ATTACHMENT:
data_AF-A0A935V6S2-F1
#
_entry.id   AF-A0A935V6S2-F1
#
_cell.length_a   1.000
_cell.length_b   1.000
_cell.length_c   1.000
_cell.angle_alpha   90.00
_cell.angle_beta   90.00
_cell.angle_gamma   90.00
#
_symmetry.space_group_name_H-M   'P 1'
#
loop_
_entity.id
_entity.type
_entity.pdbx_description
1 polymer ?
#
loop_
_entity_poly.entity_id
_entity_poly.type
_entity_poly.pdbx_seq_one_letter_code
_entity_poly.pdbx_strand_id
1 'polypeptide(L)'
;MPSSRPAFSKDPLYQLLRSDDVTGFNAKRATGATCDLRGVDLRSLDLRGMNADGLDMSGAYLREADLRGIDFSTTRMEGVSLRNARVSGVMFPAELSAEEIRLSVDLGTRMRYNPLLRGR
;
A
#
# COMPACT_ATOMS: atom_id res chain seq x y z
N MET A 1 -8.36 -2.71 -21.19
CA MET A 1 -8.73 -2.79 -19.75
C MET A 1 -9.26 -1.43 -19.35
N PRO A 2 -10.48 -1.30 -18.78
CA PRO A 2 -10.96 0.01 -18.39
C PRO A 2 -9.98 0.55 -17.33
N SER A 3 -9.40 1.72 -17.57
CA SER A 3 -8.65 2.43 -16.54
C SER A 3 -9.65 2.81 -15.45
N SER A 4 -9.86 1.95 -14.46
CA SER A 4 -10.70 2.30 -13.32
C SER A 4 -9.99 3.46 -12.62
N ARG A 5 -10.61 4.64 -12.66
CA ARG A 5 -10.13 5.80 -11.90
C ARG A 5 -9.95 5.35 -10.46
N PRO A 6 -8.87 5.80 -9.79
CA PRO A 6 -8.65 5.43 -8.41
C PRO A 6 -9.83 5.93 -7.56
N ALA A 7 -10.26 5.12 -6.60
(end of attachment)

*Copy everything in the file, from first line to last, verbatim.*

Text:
data_AF-A0A935V6S2-F1
#
_entry.id   AF-A0A935V6S2-F1
#
_cell.length_a   1.000
_cell.length_b   1.000
_cell.length_c   1.000
_cell.angle_alpha   90.00
_cell.angle_beta   90.00
_cell.angle_gamma   90.00
#
_symmetry.space_group_name_H-M   'P 1'
#
loop_
_entity.id
_entity.type
_entity.pdbx_description
1 polymer ?
#
loop_
_entity_poly.entity_id
_entity_poly.type
_entity_poly.pdbx_seq_one_letter_code
_entity_poly.pdbx_strand_id
1 'polypeptide(L)'
;MPSSRPAFSKDPLYQLLRSDDVTGFNAKRATGATCDLRGVDLRSLDLRGMNADGLDMSGAYLREADLRGIDFSTTRMEGVSLRNARVSGVMFPAELSAEEIRLSVDLGTRMRYNPLLRGR
;
A
#
# COMPACT_ATOMS: atom_id res chain seq x y z
N MET A 1 -8.36 -2.71 -21.19
CA MET A 1 -8.73 -2.79 -19.75
C MET A 1 -9.26 -1.43 -19.35
N PRO A 2 -10.48 -1.30 -18.78
CA PRO A 2 -10.96 0.01 -18.39
C PRO A 2 -9.98 0.55 -17.33
N SER A 3 -9.40 1.72 -17.57
CA SER A 3 -8.65 2.43 -16.54
C SER A 3 -9.65 2.81 -15.45
N SER A 4 -9.86 1.95 -14.46
CA SER A 4 -10.70 2.30 -13.32
C SER A 4 -9.99 3.46 -12.62
N ARG A 5 -10.61 4.64 -12.66
CA ARG A 5 -10.13 5.80 -11.90
C ARG A 5 -9.95 5.35 -10.46
N PRO A 6 -8.87 5.80 -9.79
CA PRO A 6 -8.65 5.43 -8.41
C PRO A 6 -9.83 5.93 -7.56
N ALA A 7 -10.26 5.12 -6.60